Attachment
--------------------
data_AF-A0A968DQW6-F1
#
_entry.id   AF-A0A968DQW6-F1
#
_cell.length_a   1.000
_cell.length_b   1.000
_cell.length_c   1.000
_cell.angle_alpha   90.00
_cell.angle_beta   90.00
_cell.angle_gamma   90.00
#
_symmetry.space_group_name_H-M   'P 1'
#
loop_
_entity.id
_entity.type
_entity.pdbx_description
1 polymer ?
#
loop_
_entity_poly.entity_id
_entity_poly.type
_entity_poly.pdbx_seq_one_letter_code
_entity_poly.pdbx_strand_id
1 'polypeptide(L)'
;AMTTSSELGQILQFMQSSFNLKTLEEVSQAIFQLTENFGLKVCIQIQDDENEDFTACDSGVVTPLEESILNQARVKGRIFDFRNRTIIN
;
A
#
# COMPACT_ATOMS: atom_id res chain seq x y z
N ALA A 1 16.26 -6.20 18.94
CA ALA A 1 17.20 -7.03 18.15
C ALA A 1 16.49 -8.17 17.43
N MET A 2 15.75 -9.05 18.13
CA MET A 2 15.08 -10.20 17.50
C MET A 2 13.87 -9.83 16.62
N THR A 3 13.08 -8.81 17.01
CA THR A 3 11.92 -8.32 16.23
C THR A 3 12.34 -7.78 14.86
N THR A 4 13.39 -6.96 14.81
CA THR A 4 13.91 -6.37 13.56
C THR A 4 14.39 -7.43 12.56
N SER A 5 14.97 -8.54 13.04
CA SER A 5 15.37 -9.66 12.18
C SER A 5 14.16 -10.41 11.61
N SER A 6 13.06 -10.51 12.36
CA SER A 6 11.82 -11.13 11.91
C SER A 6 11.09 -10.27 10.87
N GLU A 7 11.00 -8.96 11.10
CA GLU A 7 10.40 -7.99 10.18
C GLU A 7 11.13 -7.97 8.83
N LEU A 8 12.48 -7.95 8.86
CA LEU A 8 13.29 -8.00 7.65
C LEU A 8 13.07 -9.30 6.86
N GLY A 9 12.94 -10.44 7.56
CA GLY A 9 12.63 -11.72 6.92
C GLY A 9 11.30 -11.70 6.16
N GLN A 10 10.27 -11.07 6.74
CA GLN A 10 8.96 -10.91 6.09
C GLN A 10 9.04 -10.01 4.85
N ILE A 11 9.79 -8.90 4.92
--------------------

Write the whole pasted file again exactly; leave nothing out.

data_AF-A0A968DQW6-F1
#
_entry.id   AF-A0A968DQW6-F1
#
_cell.length_a   1.000
_cell.length_b   1.000
_cell.length_c   1.000
_cell.angle_alpha   90.00
_cell.angle_beta   90.00
_cell.angle_gamma   90.00
#
_symmetry.space_group_name_H-M   'P 1'
#
loop_
_entity.id
_entity.type
_entity.pdbx_description
1 polymer ?
#
loop_
_entity_poly.entity_id
_entity_poly.type
_entity_poly.pdbx_seq_one_letter_code
_entity_poly.pdbx_strand_id
1 'polypeptide(L)'
;AMTTSSELGQILQFMQSSFNLKTLEEVSQAIFQLTENFGLKVCIQIQDDENEDFTACDSGVVTPLEESILNQARVKGRIFDFRNRTIIN
;
A
#
# COMPACT_ATOMS: atom_id res chain seq x y z
N ALA A 1 16.26 -6.20 18.94
CA ALA A 1 17.20 -7.03 18.15
C ALA A 1 16.49 -8.17 17.43
N MET A 2 15.75 -9.05 18.13
CA MET A 2 15.08 -10.20 17.50
C MET A 2 13.87 -9.83 16.62
N THR A 3 13.08 -8.81 17.01
CA THR A 3 11.92 -8.32 16.23
C THR A 3 12.34 -7.78 14.86
N THR A 4 13.39 -6.96 14.81
CA THR A 4 13.91 -6.37 13.56
C THR A 4 14.39 -7.43 12.56
N SER A 5 14.97 -8.54 13.04
CA SER A 5 15.37 -9.66 12.18
C SER A 5 14.16 -10.41 11.61
N SER A 6 13.06 -10.51 12.36
CA SER A 6 11.82 -11.13 11.91
C SER A 6 11.09 -10.27 10.87
N GLU A 7 11.00 -8.96 11.10
CA GLU A 7 10.40 -7.99 10.18
C GLU A 7 11.13 -7.97 8.83
N LEU A 8 12.48 -7.95 8.86
CA LEU A 8 13.29 -8.00 7.65
C LEU A 8 13.07 -9.30 6.86
N GLY A 9 12.94 -10.44 7.56
CA GLY A 9 12.63 -11.72 6.92
C GLY A 9 11.30 -11.70 6.16
N GLN A 10 10.27 -11.07 6.74
CA GLN A 10 8.96 -10.91 6.09
C GLN A 10 9.04 -10.01 4.85
N ILE A 11 9.79 -8.90 4.92